No good comes from leaving details of your identity—alternate email addresses, date of birth and, yes, passwords—floating around the backwaters of the internet. Hackers who find their way into one account, dormant or still in use, can exploit details such as PINs or security-question answers to get into other accounts. That’s right, your old AOL Instant Messenger account could compromise your Facebook account.

It’s best to reduce your overall exposure. Think of it as a pruning exercise.

Before you start shuttering accounts, consider a few things. You might lose access to services you never knew were related. Your Yahoo account, for example, gets you into the popular photo site Flickr. Your Hotmail email address could be your login for Xbox Live, Office 365 or Skype.

Respect the finality of your decision—when you’re out, you’re out. But canceling isn’t always easy.

Monday, September 26, 2016

Corporate Crime Database

[As shared on the BUSLIB business librarian listserv]
Since the beginning of 2010, drug manufacturers, hospital systems, insurers and other healthcare companies have paid nearly $7 billion in fines and settlements to resolve cases in which they were accused of defrauding the federal government. Banks, led by Wells Fargo, account for the second largest portion of False Claims Act penalties, with more than $3 billion in payments. More than one-third of the 100 largest federal contractors have been defendants in such cases during the seven-year period.

These are some of the key findings that emerge from an expansion of Violation Tracker, a database of corporate crime and misconduct produced by the Corporate Research Project of Good Jobs First. It is available to the public for free at

With the addition of more than 750 cases relating to the 150-year-old False Claims Act and similar laws, Violation Tracker now contains a total of 112,000 entries from 30 federal regulatory agencies and all divisions of the Justice Department.

Wednesday, September 21, 2016

HP printers stop accepting third party ink en masse

From BoingBoing

On September 13, owners of HP OfficeJet, OfficeJet Pro and OfficeJet Pro X began contacting third-party ink vendors by the thousand, reporting that their HP printers no longer accepted third-party ink.

The last HP printer firmware update was pushed in March 2016, and it appears that with that update (or possibly an earlier one), HP had set a time-bomb ticking in its customers' printers counting down to the date when they'd begin refusing to follow their owners' orders.

HP says that the March update's purpose was "to protect HP's innovations and intellectual property."

See also HP printers start rejecting budget ink cartridges

Tuesday, September 20, 2016

Eggo Nutri-Grain Whole Wheat Waffles Recall

The Kellogg Company is voluntarily recalling its Eggo Nutri-Grain Whole Wheat Waffles after routine tests by the company found potential contamination for Listeria. At this time, Kellogg is recalling 10,000 cases of the product distributed in 25 states (CO, CT, DE, GA, IA, IL, IN, KS, MA, MD, ME, MI, MN, MO, ND, NE, NH, NJ, NY, OH, PA, VA, VT, WI, WY).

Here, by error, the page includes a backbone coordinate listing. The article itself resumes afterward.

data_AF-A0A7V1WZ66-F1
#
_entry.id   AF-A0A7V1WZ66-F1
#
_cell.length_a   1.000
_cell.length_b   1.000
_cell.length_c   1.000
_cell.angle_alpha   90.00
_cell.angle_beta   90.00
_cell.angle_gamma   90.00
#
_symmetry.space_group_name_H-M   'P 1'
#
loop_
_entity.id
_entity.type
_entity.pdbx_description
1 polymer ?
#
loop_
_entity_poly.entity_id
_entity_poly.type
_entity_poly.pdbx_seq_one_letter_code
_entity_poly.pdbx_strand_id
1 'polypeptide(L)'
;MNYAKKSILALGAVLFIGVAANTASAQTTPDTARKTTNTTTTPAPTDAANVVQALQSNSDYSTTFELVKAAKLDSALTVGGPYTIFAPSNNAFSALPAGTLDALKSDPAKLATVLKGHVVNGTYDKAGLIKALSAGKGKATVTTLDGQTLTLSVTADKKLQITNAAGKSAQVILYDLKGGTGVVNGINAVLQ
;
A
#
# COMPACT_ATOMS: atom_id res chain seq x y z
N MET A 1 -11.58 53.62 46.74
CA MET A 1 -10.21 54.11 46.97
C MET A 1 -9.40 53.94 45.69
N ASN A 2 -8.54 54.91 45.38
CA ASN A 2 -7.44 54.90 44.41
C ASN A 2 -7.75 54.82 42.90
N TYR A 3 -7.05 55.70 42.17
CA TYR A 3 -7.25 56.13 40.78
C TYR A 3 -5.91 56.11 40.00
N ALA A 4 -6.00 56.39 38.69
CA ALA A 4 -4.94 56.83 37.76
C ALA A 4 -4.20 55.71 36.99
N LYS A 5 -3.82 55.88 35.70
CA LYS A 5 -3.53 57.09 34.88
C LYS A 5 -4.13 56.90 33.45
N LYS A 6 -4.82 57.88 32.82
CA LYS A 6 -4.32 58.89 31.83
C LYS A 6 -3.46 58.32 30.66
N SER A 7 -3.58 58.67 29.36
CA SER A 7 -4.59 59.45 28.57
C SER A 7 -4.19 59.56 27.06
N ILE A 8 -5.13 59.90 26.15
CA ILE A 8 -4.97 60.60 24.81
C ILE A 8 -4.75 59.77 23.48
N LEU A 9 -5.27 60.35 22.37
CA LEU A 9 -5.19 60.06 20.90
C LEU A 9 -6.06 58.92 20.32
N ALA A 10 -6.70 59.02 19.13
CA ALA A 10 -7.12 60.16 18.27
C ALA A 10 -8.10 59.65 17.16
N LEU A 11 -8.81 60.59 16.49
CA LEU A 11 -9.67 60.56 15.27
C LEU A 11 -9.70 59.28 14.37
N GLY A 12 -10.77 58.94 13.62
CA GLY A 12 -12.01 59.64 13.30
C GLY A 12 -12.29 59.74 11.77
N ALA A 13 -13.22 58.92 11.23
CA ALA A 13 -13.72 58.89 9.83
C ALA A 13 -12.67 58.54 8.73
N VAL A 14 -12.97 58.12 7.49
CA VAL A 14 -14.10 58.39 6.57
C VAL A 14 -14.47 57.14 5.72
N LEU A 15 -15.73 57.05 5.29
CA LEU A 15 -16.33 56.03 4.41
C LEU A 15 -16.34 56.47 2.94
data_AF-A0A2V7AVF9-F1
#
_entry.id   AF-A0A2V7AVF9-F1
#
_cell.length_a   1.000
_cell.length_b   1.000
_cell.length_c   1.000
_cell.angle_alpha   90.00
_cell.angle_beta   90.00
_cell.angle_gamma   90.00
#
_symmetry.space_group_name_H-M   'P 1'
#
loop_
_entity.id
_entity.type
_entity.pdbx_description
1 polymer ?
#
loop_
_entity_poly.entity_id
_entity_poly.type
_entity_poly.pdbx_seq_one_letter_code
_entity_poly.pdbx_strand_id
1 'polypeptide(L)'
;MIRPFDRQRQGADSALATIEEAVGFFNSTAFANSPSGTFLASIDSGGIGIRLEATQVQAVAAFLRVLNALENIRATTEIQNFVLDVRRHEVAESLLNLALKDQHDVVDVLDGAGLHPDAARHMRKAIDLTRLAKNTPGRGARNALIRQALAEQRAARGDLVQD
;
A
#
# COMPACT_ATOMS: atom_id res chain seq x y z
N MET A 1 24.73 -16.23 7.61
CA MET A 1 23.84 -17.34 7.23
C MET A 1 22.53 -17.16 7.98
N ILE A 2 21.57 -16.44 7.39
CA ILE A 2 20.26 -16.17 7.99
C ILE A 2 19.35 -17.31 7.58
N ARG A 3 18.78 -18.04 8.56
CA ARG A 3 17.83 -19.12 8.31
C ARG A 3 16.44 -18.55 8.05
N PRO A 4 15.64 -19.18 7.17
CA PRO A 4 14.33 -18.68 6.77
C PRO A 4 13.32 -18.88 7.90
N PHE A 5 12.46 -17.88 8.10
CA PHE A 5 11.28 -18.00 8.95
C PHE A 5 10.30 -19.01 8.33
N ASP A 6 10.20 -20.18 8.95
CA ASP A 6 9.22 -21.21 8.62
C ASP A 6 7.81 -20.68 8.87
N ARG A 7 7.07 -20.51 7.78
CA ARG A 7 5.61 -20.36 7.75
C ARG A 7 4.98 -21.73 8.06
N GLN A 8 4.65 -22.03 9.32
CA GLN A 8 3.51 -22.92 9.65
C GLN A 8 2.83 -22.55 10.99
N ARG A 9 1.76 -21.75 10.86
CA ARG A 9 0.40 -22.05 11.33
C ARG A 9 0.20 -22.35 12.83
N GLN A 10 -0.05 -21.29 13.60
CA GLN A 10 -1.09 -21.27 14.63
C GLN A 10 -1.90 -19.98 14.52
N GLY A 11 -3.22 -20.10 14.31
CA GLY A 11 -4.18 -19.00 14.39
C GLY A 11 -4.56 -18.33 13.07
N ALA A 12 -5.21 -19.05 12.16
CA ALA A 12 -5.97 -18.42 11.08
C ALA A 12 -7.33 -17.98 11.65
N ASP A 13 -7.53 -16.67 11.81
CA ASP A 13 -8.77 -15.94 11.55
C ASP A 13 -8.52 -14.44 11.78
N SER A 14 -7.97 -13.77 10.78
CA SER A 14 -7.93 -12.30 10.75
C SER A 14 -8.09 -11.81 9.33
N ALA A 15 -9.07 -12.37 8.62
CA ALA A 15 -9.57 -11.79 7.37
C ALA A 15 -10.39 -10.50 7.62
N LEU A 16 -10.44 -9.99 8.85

Listeria can cause serious and sometimes fatal infections in various age groupsLearn more about the product recall, and package UPC Code. Consumers can discard the product and contact the company for a full refund by email or by calling 1-800-962-1413.
Learn more about food safety and recalls by visting us at

Saturday, September 17, 2016

Unmarried and Single Americans Week: Sept. 18-24, 2016

Unmarried Singles Week
The Buckeye Singles Council started “National Singles Week” in Ohio in the 1980s to celebrate single life and recognize singles and their contributions to society. The week is now widely observed during the third full week of September (Sept. 18-24 in 2016) as “Unmarried and Single Americans Week,” an acknowledgment that many unmarried Americans do not identify with the word “single” because they are parents, have partners or are widowed. In this edition of Facts for Features, unmarried people include those who were never married, widowed or divorced, unless otherwise noted.
Single Life
109 million
The number of unmarried people in America 18 and older in 2015. This group made up 45 percent of all U.S. residents 18 and older. Source: America’s Families and Living Arrangements: 2015, Table
The percentage of unmarried U.S. residents 18 and older who were women in 2015; 47 percent were men. Source: America’s Families and Living Arrangements: 2015, Table
The percentage of unmarried U.S. residents 18 and older in 2015 who had never been married. Another 24 percent were divorced and 13 percent were widowed. Source: America’s Families and Living Arrangements: 2015, Table A1
19 million
The number of unmarried U.S. residents 65 and older in 2015. These seniors made up 18 percent of all unmarried people 18 and older. Source: America’s Families and Living Arrangements: 2015, Table A1
The number of unmarried men 18 and older for every 100 unmarried women in the United States in 2015. Source: America’s Families and Living Arrangements: 2015, Table
59 million
The number of households maintained by unmarried men and women in 2015. These households comprised 47 percent of households nationwide. Source: America’s Families and Living Arrangements: 2015, Table H1
35 million